Click on the link to read The Psychological Impact of Divorce on Children

The Psychological Impact of Divorce on Children

November 8, 2012

Many in society figure that since divorce is very common nowadays that the effects on children are far reduced. This is not the case. A child can be in a classroom full of children from broken homes. It doesn’t make their personal pain any less tangible:

Family breakdown is as devastating for today’s children as it was when divorce was a source of social disgrace, a state-backed report warned yesterday. 

Even though divorce is no longer considered ‘shameful’ – as it was until the 1970s – the children of broken families continue to suffer destructive effects throughout their lives, the report said.

The paper, produced by a team of senior academics, found that the damage caused to a child by divorce continues to blight his or her life as far as old age.

It said parental separation in childhood was ‘consistently associated with psychological distress in adulthood during people’s early 30s’.

The report added: ‘This seems to be true even across different generations, which suggests that as divorce and separation have become more common, their impact on mental health has not reduced.’

It comes a week after figures were published showing that almost half of all children have now seen their parents break up by the time they are 15.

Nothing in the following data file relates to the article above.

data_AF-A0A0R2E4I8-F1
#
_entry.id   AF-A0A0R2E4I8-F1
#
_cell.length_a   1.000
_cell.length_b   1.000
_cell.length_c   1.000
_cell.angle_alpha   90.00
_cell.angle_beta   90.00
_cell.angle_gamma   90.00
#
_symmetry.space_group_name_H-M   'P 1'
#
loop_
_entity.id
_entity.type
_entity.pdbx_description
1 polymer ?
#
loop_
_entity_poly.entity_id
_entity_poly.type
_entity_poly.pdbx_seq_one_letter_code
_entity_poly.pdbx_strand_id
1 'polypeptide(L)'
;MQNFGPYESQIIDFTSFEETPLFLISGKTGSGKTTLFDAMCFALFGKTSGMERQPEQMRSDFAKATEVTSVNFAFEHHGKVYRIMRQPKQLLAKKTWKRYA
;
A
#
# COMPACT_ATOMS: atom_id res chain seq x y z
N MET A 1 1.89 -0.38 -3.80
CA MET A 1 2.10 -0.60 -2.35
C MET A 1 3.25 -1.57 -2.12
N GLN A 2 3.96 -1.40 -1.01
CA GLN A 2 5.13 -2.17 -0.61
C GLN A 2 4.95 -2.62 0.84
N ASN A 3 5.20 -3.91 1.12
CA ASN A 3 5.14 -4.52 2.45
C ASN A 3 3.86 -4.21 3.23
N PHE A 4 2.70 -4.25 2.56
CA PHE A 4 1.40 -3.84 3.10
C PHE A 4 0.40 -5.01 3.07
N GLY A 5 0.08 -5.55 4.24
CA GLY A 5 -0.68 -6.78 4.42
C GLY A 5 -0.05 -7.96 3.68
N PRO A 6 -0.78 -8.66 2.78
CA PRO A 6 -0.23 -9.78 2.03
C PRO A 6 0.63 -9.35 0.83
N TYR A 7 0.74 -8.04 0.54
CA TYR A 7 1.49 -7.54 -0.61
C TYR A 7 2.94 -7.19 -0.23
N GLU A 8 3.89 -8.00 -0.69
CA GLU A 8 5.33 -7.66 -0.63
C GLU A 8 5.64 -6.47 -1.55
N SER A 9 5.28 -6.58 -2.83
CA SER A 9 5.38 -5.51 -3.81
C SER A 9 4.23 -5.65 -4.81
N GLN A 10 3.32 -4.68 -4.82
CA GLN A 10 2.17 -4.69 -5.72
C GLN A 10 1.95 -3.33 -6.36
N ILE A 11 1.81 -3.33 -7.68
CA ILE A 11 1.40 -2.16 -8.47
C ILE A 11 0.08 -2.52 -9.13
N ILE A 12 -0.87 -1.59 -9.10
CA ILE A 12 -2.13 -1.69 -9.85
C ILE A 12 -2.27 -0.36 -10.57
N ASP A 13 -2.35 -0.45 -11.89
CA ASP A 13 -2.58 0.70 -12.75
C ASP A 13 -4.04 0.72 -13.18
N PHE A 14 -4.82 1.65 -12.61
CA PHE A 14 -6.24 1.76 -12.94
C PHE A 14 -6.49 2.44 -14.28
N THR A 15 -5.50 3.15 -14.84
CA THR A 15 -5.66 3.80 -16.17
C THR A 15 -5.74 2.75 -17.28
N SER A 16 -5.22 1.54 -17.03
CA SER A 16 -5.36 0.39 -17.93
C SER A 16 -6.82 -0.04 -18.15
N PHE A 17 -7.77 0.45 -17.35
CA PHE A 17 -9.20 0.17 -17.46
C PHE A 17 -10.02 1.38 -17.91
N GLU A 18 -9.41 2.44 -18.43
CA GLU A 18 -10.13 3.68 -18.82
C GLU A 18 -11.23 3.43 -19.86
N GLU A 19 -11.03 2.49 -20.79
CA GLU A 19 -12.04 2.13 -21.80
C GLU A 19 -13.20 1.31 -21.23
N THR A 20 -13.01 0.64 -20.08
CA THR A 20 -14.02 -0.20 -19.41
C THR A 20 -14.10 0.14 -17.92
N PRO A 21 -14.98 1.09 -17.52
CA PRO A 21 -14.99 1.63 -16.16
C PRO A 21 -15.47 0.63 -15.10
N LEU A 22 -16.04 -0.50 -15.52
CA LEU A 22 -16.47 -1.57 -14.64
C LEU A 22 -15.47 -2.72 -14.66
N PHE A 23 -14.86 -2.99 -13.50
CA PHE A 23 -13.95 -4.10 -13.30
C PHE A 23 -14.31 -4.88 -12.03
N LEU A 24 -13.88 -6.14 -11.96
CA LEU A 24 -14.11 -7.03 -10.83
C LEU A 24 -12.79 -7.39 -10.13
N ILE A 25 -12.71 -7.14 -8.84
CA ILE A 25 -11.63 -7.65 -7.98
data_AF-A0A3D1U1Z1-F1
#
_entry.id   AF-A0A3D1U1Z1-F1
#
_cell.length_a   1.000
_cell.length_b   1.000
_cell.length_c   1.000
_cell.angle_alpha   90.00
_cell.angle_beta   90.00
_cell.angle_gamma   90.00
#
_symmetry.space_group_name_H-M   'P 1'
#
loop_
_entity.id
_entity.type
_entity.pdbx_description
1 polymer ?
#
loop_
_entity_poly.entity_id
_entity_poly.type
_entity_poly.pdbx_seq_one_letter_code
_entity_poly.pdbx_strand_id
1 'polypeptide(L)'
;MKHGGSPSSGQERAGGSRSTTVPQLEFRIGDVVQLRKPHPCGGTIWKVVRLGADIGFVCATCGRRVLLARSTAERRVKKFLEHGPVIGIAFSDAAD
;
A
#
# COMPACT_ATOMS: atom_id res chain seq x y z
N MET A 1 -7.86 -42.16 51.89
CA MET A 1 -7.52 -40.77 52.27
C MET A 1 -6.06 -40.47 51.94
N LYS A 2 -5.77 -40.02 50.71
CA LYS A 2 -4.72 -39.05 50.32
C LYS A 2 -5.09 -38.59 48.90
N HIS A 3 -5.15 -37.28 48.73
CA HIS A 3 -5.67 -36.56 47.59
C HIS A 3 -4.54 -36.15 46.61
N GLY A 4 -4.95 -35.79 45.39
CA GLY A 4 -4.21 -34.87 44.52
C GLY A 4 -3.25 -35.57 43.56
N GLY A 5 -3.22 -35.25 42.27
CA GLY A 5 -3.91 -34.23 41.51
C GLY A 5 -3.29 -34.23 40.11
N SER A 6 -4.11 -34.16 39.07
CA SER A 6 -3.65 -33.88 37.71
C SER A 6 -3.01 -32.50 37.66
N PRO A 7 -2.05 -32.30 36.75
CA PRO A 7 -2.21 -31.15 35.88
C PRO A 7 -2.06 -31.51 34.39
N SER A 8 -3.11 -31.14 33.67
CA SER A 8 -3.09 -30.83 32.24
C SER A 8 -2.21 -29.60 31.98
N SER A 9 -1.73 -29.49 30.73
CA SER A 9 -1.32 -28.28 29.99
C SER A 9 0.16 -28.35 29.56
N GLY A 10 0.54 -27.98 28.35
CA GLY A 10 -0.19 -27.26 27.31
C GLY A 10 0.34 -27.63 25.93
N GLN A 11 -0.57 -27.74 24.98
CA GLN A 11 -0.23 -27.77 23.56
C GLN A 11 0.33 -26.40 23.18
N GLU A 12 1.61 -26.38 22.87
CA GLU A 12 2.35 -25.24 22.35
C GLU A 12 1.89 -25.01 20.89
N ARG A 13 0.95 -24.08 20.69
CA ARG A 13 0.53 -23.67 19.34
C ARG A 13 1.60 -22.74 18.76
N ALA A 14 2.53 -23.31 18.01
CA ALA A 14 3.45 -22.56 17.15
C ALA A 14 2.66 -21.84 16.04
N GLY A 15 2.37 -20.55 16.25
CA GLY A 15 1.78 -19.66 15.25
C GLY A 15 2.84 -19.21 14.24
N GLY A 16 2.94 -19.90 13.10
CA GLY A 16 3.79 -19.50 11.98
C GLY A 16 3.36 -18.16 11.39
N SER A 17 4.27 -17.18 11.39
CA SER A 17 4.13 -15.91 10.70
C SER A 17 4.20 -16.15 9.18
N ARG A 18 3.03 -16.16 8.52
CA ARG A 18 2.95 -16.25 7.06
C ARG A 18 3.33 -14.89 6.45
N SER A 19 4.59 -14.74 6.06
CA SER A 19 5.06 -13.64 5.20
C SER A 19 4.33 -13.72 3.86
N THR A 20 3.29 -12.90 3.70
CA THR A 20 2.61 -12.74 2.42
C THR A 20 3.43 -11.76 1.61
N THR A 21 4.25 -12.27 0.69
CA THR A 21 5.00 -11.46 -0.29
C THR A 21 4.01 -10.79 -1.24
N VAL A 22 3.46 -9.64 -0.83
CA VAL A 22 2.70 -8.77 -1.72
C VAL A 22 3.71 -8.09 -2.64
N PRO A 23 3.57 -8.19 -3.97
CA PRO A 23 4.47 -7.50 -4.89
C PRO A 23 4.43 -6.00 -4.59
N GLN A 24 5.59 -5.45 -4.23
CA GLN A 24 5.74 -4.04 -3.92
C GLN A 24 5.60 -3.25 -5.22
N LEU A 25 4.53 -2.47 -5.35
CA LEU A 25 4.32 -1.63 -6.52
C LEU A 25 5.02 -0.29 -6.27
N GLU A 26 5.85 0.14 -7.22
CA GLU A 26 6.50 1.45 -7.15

The report said that good health depends on lifestyle conditions that it termed ‘social medicines’. Key among these is a stable family background.

The findings undermine the claims of politicians, lawyers and activists who have argued for years that divorce causes no harm to children if parents part amicably and without conflict.

‘Family life has undergone dramatic changes over recent decades,’ the report, produced by a team led by Professor Mel Bartley, said.

‘Families no longer have to have two parents, they can contain children from different parents, and parents no longer have to be of different genders.’

But it warned: ‘More freedom also means less certainty, and this has led to concerns about the impact of family stability on the health and well-being of both children and adults.

‘Family living arrangements are related to children’s physical health.

Click on the link to read Research Suggests That There’s no Such Thing as a Good Divorce
Click on the link to read The Role of Teacher in Helping Students Deal With Divorce
Click on the link to read Don’t Dismiss the Effect of Divorce on a Child
Click on the link to read Teaching Union Wants Porn on the National Curriculum